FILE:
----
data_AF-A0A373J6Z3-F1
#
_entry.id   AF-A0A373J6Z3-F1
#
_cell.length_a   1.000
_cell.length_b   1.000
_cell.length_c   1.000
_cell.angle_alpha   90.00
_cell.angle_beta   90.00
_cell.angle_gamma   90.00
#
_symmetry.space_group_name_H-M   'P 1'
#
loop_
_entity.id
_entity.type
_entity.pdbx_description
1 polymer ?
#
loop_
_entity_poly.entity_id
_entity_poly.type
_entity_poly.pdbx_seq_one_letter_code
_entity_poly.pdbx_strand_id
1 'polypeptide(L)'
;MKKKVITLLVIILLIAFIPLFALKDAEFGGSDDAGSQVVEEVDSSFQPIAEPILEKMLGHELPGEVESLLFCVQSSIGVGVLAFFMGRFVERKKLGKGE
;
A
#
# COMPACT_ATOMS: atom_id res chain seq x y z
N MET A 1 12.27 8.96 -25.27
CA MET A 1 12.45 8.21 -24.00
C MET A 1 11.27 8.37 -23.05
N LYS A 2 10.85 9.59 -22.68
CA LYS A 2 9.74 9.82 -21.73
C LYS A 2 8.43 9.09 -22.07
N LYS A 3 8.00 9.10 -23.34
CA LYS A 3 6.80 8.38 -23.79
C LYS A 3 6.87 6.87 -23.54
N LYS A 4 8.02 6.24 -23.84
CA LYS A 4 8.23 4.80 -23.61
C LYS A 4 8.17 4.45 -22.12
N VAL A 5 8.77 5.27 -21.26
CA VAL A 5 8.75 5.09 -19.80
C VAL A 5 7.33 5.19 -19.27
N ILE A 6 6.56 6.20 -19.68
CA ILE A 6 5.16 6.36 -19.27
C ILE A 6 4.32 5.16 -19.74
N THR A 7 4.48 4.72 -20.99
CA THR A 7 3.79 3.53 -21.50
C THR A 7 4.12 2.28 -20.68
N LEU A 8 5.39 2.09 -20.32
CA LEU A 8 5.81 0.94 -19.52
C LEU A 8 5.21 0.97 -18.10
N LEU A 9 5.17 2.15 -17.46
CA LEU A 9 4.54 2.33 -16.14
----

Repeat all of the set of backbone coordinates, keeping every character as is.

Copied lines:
data_AF-A0A373J6Z3-F1
#
_entry.id   AF-A0A373J6Z3-F1
#
_cell.length_a   1.000
_cell.length_b   1.000
_cell.length_c   1.000
_cell.angle_alpha   90.00
_cell.angle_beta   90.00
_cell.angle_gamma   90.00
#
_symmetry.space_group_name_H-M   'P 1'
#
loop_
_entity.id
_entity.type
_entity.pdbx_description
1 polymer ?
#
loop_
_entity_poly.entity_id
_entity_poly.type
_entity_poly.pdbx_seq_one_letter_code
_entity_poly.pdbx_strand_id
1 'polypeptide(L)'
;MKKKVITLLVIILLIAFIPLFALKDAEFGGSDDAGSQVVEEVDSSFQPIAEPILEKMLGHELPGEVESLLFCVQSSIGVGVLAFFMGRFVERKKLGKGE
;
A
#
# COMPACT_ATOMS: atom_id res chain seq x y z
N MET A 1 12.27 8.96 -25.27
CA MET A 1 12.45 8.21 -24.00
C MET A 1 11.27 8.37 -23.05
N LYS A 2 10.85 9.59 -22.68
CA LYS A 2 9.74 9.82 -21.73
C LYS A 2 8.43 9.09 -22.07
N LYS A 3 8.00 9.10 -23.34
CA LYS A 3 6.80 8.38 -23.79
C LYS A 3 6.87 6.87 -23.54
N LYS A 4 8.02 6.24 -23.84
CA LYS A 4 8.23 4.80 -23.61
C LYS A 4 8.17 4.45 -22.12
N VAL A 5 8.77 5.27 -21.26
CA VAL A 5 8.75 5.09 -19.80
C VAL A 5 7.33 5.19 -19.27
N ILE A 6 6.56 6.20 -19.68
CA ILE A 6 5.16 6.36 -19.27
C ILE A 6 4.32 5.16 -19.74
N THR A 7 4.48 4.72 -20.99
CA THR A 7 3.79 3.53 -21.50
C THR A 7 4.12 2.28 -20.68
N LEU A 8 5.39 2.09 -20.32
CA LEU A 8 5.81 0.94 -19.52
C LEU A 8 5.21 0.97 -18.10
N LEU A 9 5.17 2.15 -17.46
CA LEU A 9 4.54 2.33 -16.14